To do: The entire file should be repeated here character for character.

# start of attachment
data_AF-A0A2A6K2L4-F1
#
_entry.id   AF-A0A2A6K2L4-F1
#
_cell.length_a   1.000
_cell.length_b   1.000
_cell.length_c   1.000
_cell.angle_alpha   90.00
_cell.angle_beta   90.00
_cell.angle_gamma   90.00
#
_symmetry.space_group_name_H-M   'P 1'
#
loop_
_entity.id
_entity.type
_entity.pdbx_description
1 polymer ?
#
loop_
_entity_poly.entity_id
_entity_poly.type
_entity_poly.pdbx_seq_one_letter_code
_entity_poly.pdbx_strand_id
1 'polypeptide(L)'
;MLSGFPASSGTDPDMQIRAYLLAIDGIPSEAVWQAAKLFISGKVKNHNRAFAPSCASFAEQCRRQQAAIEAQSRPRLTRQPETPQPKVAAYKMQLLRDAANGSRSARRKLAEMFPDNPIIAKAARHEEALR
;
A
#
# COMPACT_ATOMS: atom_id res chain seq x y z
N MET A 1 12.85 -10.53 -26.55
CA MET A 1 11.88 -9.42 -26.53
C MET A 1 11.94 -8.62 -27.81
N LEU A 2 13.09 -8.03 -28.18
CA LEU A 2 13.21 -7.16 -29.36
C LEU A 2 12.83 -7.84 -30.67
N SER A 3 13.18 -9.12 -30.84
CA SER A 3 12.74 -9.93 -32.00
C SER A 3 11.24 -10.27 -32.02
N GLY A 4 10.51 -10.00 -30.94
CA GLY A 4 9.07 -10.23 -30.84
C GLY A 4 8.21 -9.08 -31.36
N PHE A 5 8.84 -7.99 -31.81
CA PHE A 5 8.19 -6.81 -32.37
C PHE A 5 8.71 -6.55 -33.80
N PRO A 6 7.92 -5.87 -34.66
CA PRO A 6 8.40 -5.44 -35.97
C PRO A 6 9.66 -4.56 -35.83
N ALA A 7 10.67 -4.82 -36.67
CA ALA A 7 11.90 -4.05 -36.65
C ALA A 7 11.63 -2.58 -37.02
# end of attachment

data_AF-A0A2A6K2L4-F1
#
_entry.id   AF-A0A2A6K2L4-F1
#
_cell.length_a   1.000
_cell.length_b   1.000
_cell.length_c   1.000
_cell.angle_alpha   90.00
_cell.angle_beta   90.00
_cell.angle_gamma   90.00
#
_symmetry.space_group_name_H-M   'P 1'
#
loop_
_entity.id
_entity.type
_entity.pdbx_description
1 polymer ?
#
loop_
_entity_poly.entity_id
_entity_poly.type
_entity_poly.pdbx_seq_one_letter_code
_entity_poly.pdbx_strand_id
1 'polypeptide(L)'
;MLSGFPASSGTDPDMQIRAYLLAIDGIPSEAVWQAAKLFISGKVKNHNRAFAPSCASFAEQCRRQQAAIEAQSRPRLTRQPETPQPKVAAYKMQLLRDAANGSRSARRKLAEMFPDNPIIAKAARHEEALR
;
A
#
# COMPACT_ATOMS: atom_id res chain seq x y z
N MET A 1 12.85 -10.53 -26.55
CA MET A 1 11.88 -9.42 -26.53
C MET A 1 11.94 -8.62 -27.81
N LEU A 2 13.09 -8.03 -28.18
CA LEU A 2 13.21 -7.16 -29.36
C LEU A 2 12.83 -7.84 -30.67
N SER A 3 13.18 -9.12 -30.84
CA SER A 3 12.74 -9.93 -32.00
C SER A 3 11.24 -10.27 -32.02
N GLY A 4 10.51 -10.00 -30.94
CA GLY A 4 9.07 -10.23 -30.84
C GLY A 4 8.21 -9.08 -31.36
N PHE A 5 8.84 -7.99 -31.81
CA PHE A 5 8.19 -6.81 -32.37
C PHE A 5 8.71 -6.55 -33.80
N PRO A 6 7.92 -5.87 -34.66
CA PRO A 6 8.40 -5.44 -35.97
C PRO A 6 9.66 -4.56 -35.83
N ALA A 7 10.67 -4.82 -36.67
CA ALA A 7 11.90 -4.05 -36.65
C ALA A 7 11.63 -2.58 -37.02